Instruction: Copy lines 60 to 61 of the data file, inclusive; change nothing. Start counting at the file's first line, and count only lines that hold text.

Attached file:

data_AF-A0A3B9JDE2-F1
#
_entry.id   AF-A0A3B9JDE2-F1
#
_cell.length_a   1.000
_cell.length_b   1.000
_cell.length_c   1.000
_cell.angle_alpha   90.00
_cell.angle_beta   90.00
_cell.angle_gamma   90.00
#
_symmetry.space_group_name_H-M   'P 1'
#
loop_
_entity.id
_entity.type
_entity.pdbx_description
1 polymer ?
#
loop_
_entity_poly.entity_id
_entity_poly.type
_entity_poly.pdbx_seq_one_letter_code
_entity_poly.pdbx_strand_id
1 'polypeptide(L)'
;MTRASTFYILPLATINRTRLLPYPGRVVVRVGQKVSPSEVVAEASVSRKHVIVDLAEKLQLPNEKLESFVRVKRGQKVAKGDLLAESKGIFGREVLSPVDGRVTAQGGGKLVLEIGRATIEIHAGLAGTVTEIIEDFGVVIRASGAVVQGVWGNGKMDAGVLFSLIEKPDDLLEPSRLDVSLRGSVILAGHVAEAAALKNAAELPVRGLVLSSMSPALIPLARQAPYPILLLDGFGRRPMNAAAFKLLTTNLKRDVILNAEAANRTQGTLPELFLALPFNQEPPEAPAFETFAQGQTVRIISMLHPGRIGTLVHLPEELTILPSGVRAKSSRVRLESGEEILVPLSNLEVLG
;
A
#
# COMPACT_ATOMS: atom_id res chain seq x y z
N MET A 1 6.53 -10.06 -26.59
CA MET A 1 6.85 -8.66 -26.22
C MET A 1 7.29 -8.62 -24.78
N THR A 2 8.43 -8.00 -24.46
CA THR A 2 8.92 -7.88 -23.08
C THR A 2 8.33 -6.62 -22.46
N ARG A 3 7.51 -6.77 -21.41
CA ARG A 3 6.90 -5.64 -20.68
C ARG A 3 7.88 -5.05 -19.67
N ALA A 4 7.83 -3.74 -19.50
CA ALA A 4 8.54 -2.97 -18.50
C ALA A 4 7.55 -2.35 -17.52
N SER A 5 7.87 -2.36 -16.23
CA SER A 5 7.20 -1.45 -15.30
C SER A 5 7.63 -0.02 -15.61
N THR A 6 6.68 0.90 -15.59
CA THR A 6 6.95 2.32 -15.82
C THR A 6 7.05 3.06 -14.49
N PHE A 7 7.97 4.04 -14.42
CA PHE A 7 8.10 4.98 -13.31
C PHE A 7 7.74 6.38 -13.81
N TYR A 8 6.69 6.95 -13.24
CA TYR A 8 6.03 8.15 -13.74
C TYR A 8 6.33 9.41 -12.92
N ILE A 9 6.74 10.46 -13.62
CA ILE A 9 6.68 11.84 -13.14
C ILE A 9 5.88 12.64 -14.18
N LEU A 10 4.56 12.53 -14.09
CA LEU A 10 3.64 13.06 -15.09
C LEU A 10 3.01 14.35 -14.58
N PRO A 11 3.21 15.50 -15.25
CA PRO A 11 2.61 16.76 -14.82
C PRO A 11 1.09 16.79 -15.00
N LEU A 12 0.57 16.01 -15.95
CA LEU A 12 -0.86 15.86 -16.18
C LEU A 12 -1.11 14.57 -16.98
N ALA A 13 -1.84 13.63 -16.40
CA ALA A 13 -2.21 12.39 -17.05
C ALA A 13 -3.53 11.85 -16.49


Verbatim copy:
C LEU A 10 3.01 14.35 -14.58
N PRO A 11 3.21 15.50 -15.25